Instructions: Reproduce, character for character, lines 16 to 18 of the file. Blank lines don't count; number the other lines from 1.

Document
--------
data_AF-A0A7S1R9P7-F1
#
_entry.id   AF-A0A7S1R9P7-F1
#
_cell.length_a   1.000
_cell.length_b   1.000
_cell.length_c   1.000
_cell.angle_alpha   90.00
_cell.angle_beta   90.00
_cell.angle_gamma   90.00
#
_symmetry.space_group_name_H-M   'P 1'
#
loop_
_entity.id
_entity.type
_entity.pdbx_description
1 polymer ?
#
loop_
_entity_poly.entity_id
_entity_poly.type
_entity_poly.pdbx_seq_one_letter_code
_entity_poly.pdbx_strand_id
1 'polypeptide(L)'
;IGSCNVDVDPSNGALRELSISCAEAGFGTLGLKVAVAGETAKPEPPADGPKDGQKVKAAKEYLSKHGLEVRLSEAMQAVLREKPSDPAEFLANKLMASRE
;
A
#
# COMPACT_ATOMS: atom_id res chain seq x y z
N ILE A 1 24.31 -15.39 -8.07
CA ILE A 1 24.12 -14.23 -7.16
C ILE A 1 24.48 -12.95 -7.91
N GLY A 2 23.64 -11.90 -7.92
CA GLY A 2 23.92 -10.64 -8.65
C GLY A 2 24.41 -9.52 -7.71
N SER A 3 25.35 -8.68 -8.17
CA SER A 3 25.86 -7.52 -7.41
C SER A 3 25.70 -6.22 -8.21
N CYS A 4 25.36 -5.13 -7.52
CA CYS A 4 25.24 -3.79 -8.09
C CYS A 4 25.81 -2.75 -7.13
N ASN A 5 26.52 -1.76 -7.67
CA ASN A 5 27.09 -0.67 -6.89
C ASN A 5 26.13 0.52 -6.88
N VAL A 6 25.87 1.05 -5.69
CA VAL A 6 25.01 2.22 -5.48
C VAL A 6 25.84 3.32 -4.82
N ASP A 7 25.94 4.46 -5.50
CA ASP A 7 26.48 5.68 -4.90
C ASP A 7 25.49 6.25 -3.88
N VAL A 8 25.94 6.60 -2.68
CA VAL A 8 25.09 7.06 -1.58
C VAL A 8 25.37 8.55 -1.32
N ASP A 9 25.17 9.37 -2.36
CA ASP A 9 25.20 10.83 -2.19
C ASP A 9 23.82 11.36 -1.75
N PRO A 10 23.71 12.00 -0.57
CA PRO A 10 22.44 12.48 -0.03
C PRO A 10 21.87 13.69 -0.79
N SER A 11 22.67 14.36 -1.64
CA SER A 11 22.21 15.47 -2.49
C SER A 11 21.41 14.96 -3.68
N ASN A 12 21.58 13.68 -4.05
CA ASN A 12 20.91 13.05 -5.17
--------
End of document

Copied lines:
_entity.type
_entity.pdbx_description
1 polymer ?